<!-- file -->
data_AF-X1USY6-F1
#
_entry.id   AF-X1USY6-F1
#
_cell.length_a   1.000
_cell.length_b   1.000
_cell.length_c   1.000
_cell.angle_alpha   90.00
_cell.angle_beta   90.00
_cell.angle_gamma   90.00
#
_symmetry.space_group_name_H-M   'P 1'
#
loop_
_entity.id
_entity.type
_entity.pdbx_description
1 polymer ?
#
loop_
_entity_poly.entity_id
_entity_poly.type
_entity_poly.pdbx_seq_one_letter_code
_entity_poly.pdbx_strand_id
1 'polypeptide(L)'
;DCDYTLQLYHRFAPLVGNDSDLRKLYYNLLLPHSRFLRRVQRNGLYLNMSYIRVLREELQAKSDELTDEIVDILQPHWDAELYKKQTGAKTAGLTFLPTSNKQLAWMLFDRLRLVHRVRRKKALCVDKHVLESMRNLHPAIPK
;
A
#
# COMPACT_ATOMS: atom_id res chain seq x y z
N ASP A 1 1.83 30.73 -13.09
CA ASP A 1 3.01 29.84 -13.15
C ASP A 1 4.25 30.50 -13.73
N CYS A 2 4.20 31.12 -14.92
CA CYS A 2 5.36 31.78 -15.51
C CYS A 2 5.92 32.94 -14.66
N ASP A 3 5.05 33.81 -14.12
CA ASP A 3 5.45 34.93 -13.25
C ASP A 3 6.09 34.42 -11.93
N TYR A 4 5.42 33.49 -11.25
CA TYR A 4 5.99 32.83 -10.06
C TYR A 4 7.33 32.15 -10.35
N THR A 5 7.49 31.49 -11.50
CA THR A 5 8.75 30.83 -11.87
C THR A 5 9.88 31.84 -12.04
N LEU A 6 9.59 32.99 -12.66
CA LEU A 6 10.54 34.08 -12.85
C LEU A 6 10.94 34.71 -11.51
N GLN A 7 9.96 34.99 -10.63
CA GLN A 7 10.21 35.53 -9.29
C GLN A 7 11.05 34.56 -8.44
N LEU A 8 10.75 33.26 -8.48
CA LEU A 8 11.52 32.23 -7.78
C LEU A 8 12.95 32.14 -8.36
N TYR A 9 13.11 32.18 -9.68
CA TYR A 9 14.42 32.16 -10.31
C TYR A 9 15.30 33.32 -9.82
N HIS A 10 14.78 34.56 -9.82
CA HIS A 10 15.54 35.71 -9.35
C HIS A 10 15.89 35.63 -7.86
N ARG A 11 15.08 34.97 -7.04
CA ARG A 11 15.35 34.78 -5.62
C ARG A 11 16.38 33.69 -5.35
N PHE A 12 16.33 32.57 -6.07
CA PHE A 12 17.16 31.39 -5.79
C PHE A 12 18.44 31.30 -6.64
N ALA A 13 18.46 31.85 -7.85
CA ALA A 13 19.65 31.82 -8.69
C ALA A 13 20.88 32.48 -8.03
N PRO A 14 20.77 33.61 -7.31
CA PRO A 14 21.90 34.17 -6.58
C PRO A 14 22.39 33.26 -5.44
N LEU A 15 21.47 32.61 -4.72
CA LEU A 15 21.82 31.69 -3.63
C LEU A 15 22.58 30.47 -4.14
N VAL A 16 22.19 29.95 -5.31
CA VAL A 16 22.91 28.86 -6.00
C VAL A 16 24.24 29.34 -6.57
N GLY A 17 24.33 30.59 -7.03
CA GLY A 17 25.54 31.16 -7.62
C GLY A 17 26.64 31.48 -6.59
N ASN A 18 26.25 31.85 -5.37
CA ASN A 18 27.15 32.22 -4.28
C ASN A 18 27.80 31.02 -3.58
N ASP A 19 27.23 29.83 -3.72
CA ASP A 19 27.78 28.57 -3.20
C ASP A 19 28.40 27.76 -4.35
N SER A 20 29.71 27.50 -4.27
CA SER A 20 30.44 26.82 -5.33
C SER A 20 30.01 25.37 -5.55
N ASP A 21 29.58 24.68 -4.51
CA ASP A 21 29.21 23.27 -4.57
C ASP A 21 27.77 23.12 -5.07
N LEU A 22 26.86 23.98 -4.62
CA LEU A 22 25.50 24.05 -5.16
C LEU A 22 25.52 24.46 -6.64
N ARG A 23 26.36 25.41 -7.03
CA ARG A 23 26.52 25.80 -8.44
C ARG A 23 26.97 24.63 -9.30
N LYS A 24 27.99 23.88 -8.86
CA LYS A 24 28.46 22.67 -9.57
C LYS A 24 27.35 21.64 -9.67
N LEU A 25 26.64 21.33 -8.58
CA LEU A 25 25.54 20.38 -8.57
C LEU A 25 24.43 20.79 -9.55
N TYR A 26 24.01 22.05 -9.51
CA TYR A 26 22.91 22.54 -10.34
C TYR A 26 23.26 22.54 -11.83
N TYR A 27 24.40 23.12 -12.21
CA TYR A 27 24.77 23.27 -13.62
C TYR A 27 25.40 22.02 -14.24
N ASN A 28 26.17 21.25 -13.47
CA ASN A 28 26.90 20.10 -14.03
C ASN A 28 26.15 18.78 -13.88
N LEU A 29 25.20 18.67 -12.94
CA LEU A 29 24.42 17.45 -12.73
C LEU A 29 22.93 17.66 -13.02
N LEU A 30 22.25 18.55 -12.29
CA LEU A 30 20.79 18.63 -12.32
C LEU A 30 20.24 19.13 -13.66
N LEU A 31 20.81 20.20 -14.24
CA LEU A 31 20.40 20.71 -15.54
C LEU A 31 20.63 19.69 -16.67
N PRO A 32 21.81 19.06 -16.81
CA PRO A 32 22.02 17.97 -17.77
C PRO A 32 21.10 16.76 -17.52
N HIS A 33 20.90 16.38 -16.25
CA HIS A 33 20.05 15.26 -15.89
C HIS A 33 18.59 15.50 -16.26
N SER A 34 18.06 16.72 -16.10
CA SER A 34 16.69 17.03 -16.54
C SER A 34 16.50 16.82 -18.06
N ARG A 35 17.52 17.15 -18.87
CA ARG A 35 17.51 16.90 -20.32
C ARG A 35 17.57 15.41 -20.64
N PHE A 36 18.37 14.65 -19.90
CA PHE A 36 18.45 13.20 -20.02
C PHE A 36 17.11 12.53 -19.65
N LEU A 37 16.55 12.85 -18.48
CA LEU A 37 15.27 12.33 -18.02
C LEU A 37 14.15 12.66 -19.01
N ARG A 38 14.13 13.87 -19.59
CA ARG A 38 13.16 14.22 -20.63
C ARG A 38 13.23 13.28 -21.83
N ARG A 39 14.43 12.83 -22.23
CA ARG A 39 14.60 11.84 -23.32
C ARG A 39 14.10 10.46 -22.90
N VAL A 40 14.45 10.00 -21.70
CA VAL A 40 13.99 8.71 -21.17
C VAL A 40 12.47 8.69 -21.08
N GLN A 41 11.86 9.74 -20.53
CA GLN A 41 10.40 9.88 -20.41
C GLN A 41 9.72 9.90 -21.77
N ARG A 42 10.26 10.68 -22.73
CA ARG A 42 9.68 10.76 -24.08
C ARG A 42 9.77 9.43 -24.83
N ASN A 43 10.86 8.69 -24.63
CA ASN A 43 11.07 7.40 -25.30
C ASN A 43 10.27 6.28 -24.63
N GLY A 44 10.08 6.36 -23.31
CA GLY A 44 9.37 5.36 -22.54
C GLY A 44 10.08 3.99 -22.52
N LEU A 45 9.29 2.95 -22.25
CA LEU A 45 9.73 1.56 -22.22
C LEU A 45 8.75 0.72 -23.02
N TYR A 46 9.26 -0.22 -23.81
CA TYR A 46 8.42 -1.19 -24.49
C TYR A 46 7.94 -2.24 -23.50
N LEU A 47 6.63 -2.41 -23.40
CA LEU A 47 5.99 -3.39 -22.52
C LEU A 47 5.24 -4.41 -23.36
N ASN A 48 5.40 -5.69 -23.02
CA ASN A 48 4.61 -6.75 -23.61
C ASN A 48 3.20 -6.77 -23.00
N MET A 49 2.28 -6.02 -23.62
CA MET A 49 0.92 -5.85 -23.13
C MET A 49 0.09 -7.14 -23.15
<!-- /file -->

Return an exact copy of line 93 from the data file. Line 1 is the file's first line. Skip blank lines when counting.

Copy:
C ASP A 21 27.77 23.12 -5.07